Published on 17/3/2017
A feeding trial was conducted to evaluate the optimum dietary level of eicosapentaenoic acid (EPA, 20:5n-3) based on growth and non-specific immune responses in juvenile rock bream. A basal diet without EPA supplementation was used as a control, and six other diets were prepared by supplementing with 4, 8, 12, 16, 20 or 40 g of EPA per kg diet. The actual EPA concentrations of the diets were 0.5, 4.3, 8.5, 13.0, 16.8, 21.0 and 41.2 g of EPA per kg diet, and the diets were abbreviated as EPA0.5, EPA4.3, EPA8.5, EPA13.0, EPA16.8, EPA21.0 and EPA41.2, respectively. Triplicate groups of fish averaging 1.06 ± 0.01 g (mean ± SD) were fed one of the seven experimental diets at the apparent satiation for 8 weeks. At the end of the feeding trial, weight gain, specific growth rate and feed efficiency of fish fed EPA16.8, EPA21.0 and EPA41.2 diets were significantly higher than those of fish fed EPA0.5, EPA4.3, EPA8.5 and EPA13.0 diets (p < .05). Superoxide dismutase activity of fish fed EPA16.8, EPA21.0 and EPA41.2 diets were significantly higher than those of fish fed EPA0.5, EPA4.3 and EPA8.5 diets. Fish fed EPA21.0 and EPA41.2 diets showed significantly higher lysozyme activity than did fish fed EPA0.5, EPA4.3, EPA8.5 and EPA13.0 diets. The broken-line analysis of weight gain indicated that the optimum dietary EPA level was 16.7 g/kg diet. These results suggested that the optimum dietary EPA level in juvenile rock bream could be greater than 16.7 g/kg diet but less than or equal to 16.8 g/kg diet based on the broken-line analysis and the ANOVA test of weight gain.
Published on 17/3/2017
A 10-week feeding trial of using housefly (Musca domestica) maggot meal (MM) in practical feeds for Nile tilapia (Oreochromis niloticus) was conducted to assess the growth performance, ingredient utilization, flesh quality, innate immunity and its influence on water environment. Fish were fed five isonitrogenous and isoenergetic diets, where fishmeal (FM) was substituted by MM at the level of 0, 90, 180, 270 and 360 g kg-1 diet (remaining FM content: 360, 270, 180, 90 and 0 g kg-1). There was no significant difference in feed intake and apparent digestibility coefficient between the treatments. Replacing up to 270 g kg-1 FM did not have an impact on the growth performance and ingredient utilization, whereas the complete replacement of FM caused significantly lower survival rate, weight gain, specific growth rate and higher feed conversion rate. Dietary MM was also proved positively influential in flesh quality, whereas replacing 180 g kg-1 or more FM suppressed the innate immunity of tilapia. When compared by the effects on the water environment, the increasing substitute levels were accompanied with the declining concentrations of nitrite nitrogen and total phosphorus in the water. Our study verified the feasibility of using MM as a partial substitute of FM in aquatic feed. When replacing 180 g kg-1 FM (corresponding to half of the FM content in control diet) in the diet of Nile tilapia, it can serve as a renewable and environmentally superior alternative without compromising the performance criteria.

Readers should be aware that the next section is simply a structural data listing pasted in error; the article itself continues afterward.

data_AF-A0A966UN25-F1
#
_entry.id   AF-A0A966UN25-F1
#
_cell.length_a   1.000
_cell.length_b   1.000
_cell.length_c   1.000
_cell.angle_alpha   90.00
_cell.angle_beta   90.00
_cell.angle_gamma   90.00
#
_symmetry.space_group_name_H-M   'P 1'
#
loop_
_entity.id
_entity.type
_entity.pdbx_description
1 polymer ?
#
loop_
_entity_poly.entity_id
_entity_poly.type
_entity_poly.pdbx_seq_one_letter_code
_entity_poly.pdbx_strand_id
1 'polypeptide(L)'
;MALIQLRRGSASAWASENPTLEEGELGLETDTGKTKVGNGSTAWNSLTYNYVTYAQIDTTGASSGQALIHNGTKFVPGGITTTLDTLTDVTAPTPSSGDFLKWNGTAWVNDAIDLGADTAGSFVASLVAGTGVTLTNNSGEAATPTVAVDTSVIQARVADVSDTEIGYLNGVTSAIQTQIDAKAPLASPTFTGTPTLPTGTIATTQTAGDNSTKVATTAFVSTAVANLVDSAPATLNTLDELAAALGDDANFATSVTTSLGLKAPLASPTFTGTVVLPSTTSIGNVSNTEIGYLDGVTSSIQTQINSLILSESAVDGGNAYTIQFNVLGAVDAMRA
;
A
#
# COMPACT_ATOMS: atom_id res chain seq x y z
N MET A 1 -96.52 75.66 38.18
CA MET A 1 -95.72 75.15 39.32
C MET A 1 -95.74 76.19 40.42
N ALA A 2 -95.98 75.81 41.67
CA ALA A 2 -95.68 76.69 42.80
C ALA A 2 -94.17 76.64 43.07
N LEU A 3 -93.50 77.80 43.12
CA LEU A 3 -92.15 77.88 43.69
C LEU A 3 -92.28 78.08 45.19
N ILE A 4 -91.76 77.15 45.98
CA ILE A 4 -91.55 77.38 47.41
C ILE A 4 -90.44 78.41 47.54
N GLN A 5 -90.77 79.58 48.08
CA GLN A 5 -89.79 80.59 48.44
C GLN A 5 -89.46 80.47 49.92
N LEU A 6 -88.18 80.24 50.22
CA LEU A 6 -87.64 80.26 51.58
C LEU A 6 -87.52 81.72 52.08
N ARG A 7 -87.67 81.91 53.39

Published on 17/3/2017
Studies were conducted to investigate the effects of dietary n-3 long-chain polyunsaturated fatty acid (n-3 LC-PUFA) on growth performance, lipid deposition, hepatic fatty acid composition and serum enzyme activities of juvenile Japanese seabass Lateolabrax japonicus (initial mean weight 29.2 ± 1.34 g). Triplicate groups of 30 Japanese seabass were fed with six diets containing grade levels of n-3 LC-PUFA (1.30, 2.98, 5.64, 10.31, 14.51, 24.13 g kg–1 of dry weight) to apparent satiation twice daily for 9 weeks. The specific growth rate (SGR) was the highest in 10.31 g kg–1 dietary n-3 LC-PUFA group. Crude lipid content of the fish decreased significantly with increasing dietary n-3 LC-PUFA. Meanwhile, the hepatic lipid content increased significantly in the 24.13 g kg–1 group. Hepatic n-3 LC-PUFA content of total fatty acids was closely correlated with that in diet. No significant difference was observed in serum alanine transaminase (ALT) and aspartate aminotransferase (AST) activities. Moderate n-3 LC-PUFA level (10.31 g kg–1 of dry weight) in the diet was beneficial to enhance the activity of lysozyme in serum. Based on SGR, the optimum dietary n-3 LC-PUFA content was estimated to be around 10.94 g kg–1 of dry weight by second-order polynomial regression method.
Published on 17/3/2017
Roasted coffee powder (RCP; Coffea arabica) is usually used as a beverage for human but there are few attempts to use it as a natural feed supplement in fish diets. In this study, common carp, Cyprinus carpio L., (11.8 ± 0.09 g) were reared in zinc (Zn)-containing water at concentrations of 0.0 or 5.0 mg/L and cosupplemented with 0.0 or 1.0 g RCP/kg diet for 6 weeks to investigate effects of RCP supplementation, Zn exposure and their interaction on fish performance, biochemical variables, antioxidant activity and Zn bioaccumulation in whole fish body. Fish growth and feed intake were significantly affected by RCP supplementation, Zn toxicity and their interaction. However, fish fed a RCP-supplemented diet did not exhibit better performance than those fed the RCP-free diet and both diets produced higher fish performance than the Zn-toxicated fish. It is noticed that RCP supplementation to Zn-toxicated fish enhanced their growth, and feed utilization as compared to Zn-toxicated fish alone. Fish fed control and RCP-enriched diets showed no significant differences in biochemical variables, which were significantly altered due to waterborne Zn toxicity. Moreover, Zn reduced significantly; meanwhile, RCP supplementation increased significantly superoxide dismutase (SOD), catalase (CAT) and glutathione peroxidase (GPx) activities. Notably, Zn exposure could reduce fish growth and antioxidant activity and increase Zn deposition in whole fish body. And RCP intake could enhance the antioxidant activity exerting a protective effect against Zn toxicity, thereby reducing Zn bioaccumulation in whole fish body.